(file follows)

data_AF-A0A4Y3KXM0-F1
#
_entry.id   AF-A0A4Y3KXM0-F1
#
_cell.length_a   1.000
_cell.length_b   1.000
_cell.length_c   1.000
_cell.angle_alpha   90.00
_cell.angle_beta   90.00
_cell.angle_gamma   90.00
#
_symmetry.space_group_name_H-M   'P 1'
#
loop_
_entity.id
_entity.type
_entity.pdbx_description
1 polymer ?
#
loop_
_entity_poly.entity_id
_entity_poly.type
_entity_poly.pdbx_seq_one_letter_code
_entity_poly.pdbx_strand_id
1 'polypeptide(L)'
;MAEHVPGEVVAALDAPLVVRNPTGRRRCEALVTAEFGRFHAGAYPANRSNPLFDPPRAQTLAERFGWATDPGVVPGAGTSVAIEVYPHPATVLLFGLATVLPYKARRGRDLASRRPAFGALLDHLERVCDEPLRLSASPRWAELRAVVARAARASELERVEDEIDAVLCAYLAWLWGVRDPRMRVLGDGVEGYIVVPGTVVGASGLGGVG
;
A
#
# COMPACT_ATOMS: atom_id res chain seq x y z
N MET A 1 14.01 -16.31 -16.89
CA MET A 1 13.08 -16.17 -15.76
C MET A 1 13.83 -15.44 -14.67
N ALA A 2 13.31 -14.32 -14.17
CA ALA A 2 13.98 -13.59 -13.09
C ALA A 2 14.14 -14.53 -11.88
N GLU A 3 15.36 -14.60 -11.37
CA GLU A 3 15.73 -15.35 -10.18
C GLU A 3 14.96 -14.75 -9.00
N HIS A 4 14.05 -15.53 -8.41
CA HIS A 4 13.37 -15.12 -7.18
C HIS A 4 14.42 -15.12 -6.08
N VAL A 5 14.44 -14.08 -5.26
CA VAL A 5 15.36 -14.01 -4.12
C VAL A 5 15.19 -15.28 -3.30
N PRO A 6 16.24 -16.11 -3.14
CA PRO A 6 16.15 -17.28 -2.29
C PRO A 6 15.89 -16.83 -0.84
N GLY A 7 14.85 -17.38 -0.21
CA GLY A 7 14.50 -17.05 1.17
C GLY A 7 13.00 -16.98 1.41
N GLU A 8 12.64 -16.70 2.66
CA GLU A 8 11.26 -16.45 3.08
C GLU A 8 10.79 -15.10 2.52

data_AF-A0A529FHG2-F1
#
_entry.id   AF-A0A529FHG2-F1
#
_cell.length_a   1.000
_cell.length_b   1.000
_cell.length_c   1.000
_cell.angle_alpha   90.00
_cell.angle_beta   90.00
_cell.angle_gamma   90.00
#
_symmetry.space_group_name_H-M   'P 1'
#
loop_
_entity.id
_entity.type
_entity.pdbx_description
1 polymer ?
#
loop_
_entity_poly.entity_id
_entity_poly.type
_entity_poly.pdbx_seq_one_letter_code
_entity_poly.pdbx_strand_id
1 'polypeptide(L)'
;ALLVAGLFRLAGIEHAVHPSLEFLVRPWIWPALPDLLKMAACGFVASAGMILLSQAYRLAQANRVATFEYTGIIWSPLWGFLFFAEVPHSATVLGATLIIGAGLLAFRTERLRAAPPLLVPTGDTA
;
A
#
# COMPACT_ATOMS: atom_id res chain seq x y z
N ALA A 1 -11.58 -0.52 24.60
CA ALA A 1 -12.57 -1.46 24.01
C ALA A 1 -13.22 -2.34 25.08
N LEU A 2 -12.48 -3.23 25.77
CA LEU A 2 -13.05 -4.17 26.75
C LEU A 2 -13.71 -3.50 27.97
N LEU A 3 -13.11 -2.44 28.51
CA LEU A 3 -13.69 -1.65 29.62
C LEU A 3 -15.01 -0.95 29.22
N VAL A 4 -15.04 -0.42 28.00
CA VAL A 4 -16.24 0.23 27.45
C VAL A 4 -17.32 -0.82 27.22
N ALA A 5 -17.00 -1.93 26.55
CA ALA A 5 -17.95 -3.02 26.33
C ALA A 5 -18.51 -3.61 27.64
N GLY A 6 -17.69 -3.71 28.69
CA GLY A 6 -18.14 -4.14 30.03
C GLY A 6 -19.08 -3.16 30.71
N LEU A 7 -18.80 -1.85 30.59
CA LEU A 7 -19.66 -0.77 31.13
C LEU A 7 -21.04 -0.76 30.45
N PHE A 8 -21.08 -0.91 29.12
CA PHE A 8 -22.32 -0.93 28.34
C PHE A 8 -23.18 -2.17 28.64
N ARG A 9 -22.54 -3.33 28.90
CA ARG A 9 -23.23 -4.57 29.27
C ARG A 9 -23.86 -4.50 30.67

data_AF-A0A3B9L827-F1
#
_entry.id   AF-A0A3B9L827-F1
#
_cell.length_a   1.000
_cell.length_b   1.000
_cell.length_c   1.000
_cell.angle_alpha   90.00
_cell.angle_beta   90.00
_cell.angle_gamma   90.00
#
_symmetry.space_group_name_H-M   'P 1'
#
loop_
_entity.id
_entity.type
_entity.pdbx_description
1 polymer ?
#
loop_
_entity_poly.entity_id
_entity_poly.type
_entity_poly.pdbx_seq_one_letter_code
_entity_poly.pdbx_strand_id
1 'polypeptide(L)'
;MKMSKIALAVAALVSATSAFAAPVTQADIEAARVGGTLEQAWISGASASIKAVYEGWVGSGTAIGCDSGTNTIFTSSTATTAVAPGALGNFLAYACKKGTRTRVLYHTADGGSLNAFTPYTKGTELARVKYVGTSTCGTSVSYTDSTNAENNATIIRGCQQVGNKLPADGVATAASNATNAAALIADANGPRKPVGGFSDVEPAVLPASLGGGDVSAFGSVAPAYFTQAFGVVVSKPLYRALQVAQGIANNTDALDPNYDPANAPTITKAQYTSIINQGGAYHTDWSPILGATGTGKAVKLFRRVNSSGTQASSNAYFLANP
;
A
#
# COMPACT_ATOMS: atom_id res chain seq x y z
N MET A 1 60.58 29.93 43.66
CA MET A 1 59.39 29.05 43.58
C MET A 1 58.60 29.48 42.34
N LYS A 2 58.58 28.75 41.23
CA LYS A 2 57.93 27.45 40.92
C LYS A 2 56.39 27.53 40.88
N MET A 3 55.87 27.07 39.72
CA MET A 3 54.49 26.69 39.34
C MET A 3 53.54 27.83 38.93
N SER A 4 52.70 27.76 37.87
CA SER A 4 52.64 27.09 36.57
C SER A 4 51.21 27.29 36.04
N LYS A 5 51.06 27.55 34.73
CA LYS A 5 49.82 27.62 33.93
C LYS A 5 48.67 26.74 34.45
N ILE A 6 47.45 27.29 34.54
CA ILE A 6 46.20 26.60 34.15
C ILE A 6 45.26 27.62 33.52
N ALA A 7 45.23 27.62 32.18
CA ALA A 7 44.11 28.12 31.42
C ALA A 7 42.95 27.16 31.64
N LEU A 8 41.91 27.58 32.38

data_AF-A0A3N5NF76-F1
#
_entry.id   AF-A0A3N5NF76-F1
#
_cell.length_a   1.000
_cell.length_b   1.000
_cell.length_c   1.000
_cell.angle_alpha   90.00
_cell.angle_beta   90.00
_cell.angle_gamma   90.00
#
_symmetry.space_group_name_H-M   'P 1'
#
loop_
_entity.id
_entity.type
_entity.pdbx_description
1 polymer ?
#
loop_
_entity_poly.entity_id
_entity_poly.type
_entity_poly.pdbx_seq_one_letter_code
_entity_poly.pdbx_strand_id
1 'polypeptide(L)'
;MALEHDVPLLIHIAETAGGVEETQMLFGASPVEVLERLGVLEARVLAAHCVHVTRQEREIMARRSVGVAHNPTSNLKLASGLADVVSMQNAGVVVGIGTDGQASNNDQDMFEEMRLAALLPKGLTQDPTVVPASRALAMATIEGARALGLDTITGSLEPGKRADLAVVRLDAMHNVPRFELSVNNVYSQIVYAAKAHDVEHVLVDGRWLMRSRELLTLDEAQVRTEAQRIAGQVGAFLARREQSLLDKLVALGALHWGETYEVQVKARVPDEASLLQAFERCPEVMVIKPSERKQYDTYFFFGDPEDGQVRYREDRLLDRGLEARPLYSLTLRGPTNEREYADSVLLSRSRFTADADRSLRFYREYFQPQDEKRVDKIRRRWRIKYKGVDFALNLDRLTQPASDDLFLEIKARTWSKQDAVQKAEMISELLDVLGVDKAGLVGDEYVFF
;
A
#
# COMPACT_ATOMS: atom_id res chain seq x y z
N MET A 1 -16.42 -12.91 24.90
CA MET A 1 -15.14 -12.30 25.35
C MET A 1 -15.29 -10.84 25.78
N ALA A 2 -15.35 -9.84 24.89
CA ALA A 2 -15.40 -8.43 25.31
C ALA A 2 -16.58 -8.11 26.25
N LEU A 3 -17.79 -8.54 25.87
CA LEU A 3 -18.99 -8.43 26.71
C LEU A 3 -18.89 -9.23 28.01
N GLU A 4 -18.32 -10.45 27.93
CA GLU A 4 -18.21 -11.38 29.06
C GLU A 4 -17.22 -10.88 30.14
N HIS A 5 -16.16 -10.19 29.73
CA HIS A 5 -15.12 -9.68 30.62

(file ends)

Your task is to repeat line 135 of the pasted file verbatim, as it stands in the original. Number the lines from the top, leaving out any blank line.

_entity_poly.pdbx_strand_id